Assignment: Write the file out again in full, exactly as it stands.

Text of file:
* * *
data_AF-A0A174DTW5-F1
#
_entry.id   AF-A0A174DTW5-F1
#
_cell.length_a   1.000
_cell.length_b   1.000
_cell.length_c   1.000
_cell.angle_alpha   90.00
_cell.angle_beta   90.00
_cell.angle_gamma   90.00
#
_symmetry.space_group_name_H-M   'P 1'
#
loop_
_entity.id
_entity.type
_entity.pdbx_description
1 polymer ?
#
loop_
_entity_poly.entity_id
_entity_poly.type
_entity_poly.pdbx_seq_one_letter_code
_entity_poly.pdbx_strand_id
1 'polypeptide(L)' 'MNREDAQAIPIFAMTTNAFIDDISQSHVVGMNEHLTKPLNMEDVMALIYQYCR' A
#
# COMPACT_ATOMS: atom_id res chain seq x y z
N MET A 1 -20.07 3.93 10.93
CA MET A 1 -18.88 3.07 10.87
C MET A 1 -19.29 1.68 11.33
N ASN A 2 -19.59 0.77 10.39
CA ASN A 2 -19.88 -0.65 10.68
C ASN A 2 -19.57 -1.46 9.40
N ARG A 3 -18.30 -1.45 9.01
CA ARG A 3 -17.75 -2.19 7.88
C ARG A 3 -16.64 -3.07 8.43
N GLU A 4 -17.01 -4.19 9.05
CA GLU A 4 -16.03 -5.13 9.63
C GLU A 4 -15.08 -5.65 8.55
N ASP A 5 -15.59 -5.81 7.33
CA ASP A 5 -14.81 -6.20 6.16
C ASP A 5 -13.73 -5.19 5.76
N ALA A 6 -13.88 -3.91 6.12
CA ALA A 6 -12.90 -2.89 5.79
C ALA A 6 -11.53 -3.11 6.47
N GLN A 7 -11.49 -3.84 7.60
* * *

data_AF-A0A174DTW5-F1
#
_entry.id   AF-A0A174DTW5-F1
#
_cell.length_a   1.000
_cell.length_b   1.000
_cell.length_c   1.000
_cell.angle_alpha   90.00
_cell.angle_beta   90.00
_cell.angle_gamma   90.00
#
_symmetry.space_group_name_H-M   'P 1'
#
loop_
_entity.id
_entity.type
_entity.pdbx_description
1 polymer ?
#
loop_
_entity_poly.entity_id
_entity_poly.type
_entity_poly.pdbx_seq_one_letter_code
_entity_poly.pdbx_strand_id
1 'polypeptide(L)' 'MNREDAQAIPIFAMTTNAFIDDISQSHVVGMNEHLTKPLNMEDVMALIYQYCR' A
#
# COMPACT_ATOMS: atom_id res chain seq x y z
N MET A 1 -20.07 3.93 10.93
CA MET A 1 -18.88 3.07 10.87
C MET A 1 -19.29 1.68 11.33
N ASN A 2 -19.59 0.77 10.39
CA ASN A 2 -19.88 -0.65 10.68
C ASN A 2 -19.57 -1.46 9.40
N ARG A 3 -18.30 -1.45 9.01
CA ARG A 3 -17.75 -2.19 7.88
C ARG A 3 -16.64 -3.07 8.43
N GLU A 4 -17.01 -4.19 9.05
CA GLU A 4 -16.03 -5.13 9.63
C GLU A 4 -15.08 -5.65 8.55
N ASP A 5 -15.59 -5.81 7.33
CA ASP A 5 -14.81 -6.20 6.16
C ASP A 5 -13.73 -5.19 5.76
N ALA A 6 -13.88 -3.91 6.12
CA ALA A 6 -12.90 -2.89 5.79
C ALA A 6 -11.53 -3.11 6.47
N GLN A 7 -11.49 -3.84 7.60